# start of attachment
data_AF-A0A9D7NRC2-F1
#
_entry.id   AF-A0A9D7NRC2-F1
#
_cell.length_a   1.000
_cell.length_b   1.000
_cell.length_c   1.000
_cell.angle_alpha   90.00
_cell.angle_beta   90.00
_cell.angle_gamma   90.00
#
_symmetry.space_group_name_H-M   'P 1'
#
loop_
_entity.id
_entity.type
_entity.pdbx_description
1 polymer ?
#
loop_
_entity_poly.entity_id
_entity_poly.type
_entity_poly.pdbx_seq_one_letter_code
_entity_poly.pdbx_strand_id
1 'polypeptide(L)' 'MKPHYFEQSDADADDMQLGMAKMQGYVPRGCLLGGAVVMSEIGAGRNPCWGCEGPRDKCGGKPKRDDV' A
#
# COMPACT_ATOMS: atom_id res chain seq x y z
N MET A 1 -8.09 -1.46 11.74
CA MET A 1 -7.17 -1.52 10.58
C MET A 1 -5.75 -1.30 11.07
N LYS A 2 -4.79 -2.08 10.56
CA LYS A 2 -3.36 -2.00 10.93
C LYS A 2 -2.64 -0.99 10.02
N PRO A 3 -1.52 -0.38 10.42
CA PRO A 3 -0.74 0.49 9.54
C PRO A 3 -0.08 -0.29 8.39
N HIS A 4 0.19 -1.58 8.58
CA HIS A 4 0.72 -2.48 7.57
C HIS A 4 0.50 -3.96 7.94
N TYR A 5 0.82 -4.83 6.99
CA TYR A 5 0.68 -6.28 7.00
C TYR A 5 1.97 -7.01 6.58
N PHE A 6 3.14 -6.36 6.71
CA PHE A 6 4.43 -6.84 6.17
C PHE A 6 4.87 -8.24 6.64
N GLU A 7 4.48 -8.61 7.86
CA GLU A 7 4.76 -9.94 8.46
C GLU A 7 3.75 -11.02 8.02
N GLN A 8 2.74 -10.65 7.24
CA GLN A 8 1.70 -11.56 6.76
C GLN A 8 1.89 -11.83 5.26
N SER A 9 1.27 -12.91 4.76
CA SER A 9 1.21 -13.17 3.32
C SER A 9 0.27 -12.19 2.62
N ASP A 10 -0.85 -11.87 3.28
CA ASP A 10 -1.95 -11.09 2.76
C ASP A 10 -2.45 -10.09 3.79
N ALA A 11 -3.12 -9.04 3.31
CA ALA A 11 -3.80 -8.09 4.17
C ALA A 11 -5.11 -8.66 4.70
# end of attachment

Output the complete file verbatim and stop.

data_AF-A0A9D7NRC2-F1
#
_entry.id   AF-A0A9D7NRC2-F1
#
_cell.length_a   1.000
_cell.length_b   1.000
_cell.length_c   1.000
_cell.angle_alpha   90.00
_cell.angle_beta   90.00
_cell.angle_gamma   90.00
#
_symmetry.space_group_name_H-M   'P 1'
#
loop_
_entity.id
_entity.type
_entity.pdbx_description
1 polymer ?
#
loop_
_entity_poly.entity_id
_entity_poly.type
_entity_poly.pdbx_seq_one_letter_code
_entity_poly.pdbx_strand_id
1 'polypeptide(L)' 'MKPHYFEQSDADADDMQLGMAKMQGYVPRGCLLGGAVVMSEIGAGRNPCWGCEGPRDKCGGKPKRDDV' A
#
# COMPACT_ATOMS: atom_id res chain seq x y z
N MET A 1 -8.09 -1.46 11.74
CA MET A 1 -7.17 -1.52 10.58
C MET A 1 -5.75 -1.30 11.07
N LYS A 2 -4.79 -2.08 10.56
CA LYS A 2 -3.36 -2.00 10.93
C LYS A 2 -2.64 -0.99 10.02
N PRO A 3 -1.52 -0.38 10.42
CA PRO A 3 -0.74 0.49 9.54
C PRO A 3 -0.08 -0.29 8.39
N HIS A 4 0.19 -1.58 8.58
CA HIS A 4 0.72 -2.48 7.57
C HIS A 4 0.50 -3.96 7.94
N TYR A 5 0.82 -4.83 6.99
CA TYR A 5 0.68 -6.28 7.00
C TYR A 5 1.97 -7.01 6.58
N PHE A 6 3.14 -6.36 6.71
CA PHE A 6 4.43 -6.84 6.17
C PHE A 6 4.87 -8.24 6.64
N GLU A 7 4.48 -8.61 7.86
CA GLU A 7 4.76 -9.94 8.46
C GLU A 7 3.75 -11.02 8.02
N GLN A 8 2.74 -10.65 7.24
CA GLN A 8 1.70 -11.56 6.76
C GLN A 8 1.89 -11.83 5.26
N SER A 9 1.27 -12.91 4.76
CA SER A 9 1.21 -13.17 3.32
C SER A 9 0.27 -12.19 2.62
N ASP A 10 -0.85 -11.87 3.28
CA ASP A 10 -1.95 -11.09 2.76
C ASP A 10 -2.45 -10.09 3.79
N ALA A 11 -3.12 -9.04 3.31
CA ALA A 11 -3.80 -8.09 4.17
C ALA A 11 -5.11 -8.66 4.70